La moitié des ménages britanniques réduisent le nombre de leurs repas, selon un sondage Which? mené auprès de près de 3.000 personnes.

In the UK, half of households skip a meal due to inflation

The UK is facing the worst economic crisis in 40 years. British inflation, driven by food prices, reached a new high in September at 10.1% year-on-year. Amid skyrocketing costs, half of UK households are cutting back on the number of their meals, according to results from Which? carried out with nearly 3,000 people and published on Thursday.

A similar proportion say that they find it difficult to eat healthy compared to before the crisis, and opt for prepared meals to reduce the use of gas or electricity. Eighty percent of those surveyed say they are struggling financially. Many are now depriving themselves of all the delights to buy only the essentials.

Inflation: Food prices soar, consumers buy less and cheaper

Another consequence feared in the daily life of the British. Millions of households are also at risk of finding themselves in energy poverty and therefore unable to heat themselves adequately this winter, the British consumer protection association has warned.

The new Chancellor of the Exchequer, Jeremy Hunt, appointed urgently last Friday, has considerably shortened the duration of the cap on energy bills, undoing much of the budgetary measures announced at the end of September by his predecessor Kwasi Kwarteng. Jeremy Hunt thus reduced energy support to households to six months from two years earlier, while gas prices have skyrocketed for a year, especially since Russia’s invasion of Ukraine.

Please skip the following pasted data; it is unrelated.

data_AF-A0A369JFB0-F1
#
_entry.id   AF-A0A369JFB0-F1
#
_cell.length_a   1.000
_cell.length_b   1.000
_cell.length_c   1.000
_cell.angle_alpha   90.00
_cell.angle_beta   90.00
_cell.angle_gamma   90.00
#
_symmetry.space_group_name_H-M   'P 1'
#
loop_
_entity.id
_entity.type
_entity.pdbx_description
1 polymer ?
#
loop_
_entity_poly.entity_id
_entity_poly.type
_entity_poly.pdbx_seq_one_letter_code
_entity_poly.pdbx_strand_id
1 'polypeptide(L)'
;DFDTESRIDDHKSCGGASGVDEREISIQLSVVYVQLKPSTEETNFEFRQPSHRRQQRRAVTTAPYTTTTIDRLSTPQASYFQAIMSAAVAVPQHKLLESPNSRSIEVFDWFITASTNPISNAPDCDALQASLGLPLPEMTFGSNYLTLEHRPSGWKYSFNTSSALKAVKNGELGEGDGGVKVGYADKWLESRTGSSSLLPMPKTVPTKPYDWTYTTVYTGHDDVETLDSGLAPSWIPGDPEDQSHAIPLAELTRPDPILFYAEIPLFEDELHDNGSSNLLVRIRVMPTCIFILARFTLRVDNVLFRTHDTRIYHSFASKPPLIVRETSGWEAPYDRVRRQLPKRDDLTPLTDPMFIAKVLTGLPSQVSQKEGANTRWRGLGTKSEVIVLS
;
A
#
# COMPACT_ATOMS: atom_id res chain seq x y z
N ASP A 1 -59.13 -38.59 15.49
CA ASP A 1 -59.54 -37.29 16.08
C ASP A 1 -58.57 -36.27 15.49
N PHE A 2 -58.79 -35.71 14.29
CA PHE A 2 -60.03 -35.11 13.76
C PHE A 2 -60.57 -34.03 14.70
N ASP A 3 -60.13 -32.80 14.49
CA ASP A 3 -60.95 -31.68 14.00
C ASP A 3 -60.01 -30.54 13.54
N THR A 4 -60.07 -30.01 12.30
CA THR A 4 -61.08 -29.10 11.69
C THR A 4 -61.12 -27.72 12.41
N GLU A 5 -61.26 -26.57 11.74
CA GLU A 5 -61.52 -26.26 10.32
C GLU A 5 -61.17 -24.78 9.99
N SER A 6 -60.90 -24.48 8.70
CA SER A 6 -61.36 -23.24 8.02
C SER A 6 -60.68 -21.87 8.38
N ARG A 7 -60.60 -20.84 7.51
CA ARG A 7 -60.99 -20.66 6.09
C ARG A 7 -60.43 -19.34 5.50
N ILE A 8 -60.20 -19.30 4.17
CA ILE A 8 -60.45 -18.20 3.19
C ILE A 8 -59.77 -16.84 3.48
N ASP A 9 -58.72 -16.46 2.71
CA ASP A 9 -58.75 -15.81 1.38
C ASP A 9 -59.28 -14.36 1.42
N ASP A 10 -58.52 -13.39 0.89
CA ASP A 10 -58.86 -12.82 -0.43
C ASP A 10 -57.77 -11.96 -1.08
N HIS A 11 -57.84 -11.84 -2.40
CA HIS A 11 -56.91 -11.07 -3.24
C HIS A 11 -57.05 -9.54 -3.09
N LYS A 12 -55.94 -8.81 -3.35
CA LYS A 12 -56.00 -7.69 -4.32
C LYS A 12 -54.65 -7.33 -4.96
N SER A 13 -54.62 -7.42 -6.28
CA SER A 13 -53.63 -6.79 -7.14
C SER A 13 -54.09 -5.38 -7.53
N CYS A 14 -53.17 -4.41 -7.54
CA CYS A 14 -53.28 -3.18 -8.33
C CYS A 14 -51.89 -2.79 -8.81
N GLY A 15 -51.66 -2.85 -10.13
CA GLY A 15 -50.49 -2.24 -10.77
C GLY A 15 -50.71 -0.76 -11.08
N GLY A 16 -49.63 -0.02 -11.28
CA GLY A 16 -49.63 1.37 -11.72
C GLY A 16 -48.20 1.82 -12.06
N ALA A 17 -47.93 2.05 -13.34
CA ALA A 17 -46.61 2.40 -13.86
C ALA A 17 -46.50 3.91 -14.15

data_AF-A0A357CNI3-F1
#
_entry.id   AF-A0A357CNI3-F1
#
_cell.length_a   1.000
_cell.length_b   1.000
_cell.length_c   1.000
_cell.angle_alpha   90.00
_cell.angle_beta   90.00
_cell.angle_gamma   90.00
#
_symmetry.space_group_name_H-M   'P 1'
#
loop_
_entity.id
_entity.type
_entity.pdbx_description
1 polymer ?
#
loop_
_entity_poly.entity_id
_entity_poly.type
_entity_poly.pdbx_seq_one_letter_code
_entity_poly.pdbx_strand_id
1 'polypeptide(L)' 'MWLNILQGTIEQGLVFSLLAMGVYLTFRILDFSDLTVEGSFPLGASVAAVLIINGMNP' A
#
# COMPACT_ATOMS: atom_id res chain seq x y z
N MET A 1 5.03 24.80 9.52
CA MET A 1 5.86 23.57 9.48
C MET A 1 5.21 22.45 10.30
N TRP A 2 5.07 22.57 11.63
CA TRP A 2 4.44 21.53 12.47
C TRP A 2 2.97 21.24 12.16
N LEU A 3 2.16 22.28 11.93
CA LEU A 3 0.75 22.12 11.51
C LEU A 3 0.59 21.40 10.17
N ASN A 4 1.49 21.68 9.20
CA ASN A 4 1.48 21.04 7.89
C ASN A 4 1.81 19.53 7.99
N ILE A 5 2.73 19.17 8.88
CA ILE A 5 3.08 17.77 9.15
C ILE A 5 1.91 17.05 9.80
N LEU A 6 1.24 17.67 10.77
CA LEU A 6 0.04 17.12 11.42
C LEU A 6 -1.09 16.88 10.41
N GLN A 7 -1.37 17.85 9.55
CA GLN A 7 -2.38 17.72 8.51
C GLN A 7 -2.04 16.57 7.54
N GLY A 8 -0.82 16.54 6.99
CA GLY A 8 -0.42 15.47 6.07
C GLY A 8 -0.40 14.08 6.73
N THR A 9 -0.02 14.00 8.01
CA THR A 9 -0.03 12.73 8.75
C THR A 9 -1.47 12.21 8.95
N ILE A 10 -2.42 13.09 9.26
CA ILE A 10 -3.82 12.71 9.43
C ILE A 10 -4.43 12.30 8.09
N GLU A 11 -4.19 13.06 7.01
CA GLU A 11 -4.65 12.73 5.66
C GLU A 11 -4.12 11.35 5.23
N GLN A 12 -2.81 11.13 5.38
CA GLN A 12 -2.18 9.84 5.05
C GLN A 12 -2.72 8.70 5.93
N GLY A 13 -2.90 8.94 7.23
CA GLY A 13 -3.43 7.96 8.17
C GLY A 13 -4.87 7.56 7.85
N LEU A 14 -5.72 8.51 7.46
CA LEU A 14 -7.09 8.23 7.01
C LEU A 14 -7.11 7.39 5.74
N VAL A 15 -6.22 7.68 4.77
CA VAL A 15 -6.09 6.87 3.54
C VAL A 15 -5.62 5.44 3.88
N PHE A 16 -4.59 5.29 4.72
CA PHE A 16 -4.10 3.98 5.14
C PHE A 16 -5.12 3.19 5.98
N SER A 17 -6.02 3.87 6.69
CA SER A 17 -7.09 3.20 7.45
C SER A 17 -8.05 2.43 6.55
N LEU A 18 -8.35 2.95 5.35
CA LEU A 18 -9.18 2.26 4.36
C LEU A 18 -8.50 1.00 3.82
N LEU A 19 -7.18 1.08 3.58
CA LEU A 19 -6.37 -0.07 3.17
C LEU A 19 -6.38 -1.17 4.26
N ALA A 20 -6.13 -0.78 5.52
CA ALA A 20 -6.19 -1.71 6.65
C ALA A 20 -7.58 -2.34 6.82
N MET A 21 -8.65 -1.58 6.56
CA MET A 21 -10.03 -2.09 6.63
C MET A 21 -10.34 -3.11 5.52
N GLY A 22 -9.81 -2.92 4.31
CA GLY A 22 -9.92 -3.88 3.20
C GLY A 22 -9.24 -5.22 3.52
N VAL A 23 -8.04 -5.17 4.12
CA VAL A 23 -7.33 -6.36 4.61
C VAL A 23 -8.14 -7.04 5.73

Two decades of “lost standard of living”

In addition to the economic crisis that the country is going through, there is a political crisis. The general secretary of the TUC union federation said on Tuesday that the UK was “ left behind by two decades lost standard of living “.” We are going through the longest period of falling real wages since the Napoleonic era. and, under successive Conservative governments since 2010, the poor got poorer but the rich got richer TUC leader Frances O’Grady said in a speech at the opening of the TUC annual conference in Brighton on Tuesday.

The TUC says it expects real wages, that is, adjusted for inflation, to return only in 2028 to their 2008 level, before the financial crisis. ” It’s not hedge fund managers who win gold by betting on the collapse of the pound ” who “ create real wealth in this country “, but not ” honest people who work hard Mrs. O’Grady warns again.

British workers could lose “two decades of standard of living”, according to a union federation

The level of price increases, which pushes difficult decisions on the indexation of social benefits, civil servants’ salaries or pensions, further complicates the task of Prime Minister Liz Truss, now constrained by rigor. The latter fights for his political survival after a budget plan presented on September 23 that set the financial markets on fire and forced him to take a drastic and humiliating turn. This budget proposal that combined total tax cuts and massive support for energy bills, which was to be financed solely by debt in the midst of rising rates, was a fiasco.

UK: Jeremy Hunt takes finance (and government) in hand

Furthermore, the Bank of England, already in the midst of a cycle of interest rate adjustments to try to bring inflation back to its 2% target, has suggested that it should adjust its rates by the same amount during its next meeting on 3 november. This should further weigh on the British economy, which is already on the verge of recession.